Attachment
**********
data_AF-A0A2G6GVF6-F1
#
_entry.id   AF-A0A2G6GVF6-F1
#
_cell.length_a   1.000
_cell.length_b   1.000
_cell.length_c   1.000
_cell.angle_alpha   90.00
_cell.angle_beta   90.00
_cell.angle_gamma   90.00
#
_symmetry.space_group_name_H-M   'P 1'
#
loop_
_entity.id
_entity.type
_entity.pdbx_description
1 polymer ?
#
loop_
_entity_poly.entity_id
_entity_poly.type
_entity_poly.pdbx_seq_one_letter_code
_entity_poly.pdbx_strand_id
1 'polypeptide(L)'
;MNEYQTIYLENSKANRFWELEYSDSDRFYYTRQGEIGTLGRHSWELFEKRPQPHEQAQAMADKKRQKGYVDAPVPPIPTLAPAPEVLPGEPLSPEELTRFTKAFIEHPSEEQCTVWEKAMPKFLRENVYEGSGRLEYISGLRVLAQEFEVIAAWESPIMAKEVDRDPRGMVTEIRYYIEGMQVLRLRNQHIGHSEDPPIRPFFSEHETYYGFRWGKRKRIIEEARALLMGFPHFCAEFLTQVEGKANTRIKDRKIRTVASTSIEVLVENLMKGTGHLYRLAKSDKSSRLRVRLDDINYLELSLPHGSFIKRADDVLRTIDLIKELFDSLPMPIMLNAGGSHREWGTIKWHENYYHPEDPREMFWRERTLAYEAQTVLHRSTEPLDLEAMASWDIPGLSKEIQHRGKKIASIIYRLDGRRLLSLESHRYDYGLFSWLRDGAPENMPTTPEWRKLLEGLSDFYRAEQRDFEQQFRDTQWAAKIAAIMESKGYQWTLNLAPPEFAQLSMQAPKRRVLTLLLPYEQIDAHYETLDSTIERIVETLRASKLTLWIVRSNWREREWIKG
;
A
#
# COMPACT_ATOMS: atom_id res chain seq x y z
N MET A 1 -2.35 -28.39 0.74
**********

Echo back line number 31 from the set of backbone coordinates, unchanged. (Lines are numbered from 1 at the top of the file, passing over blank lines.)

N MET A 1 -2.35 -28.39 0.74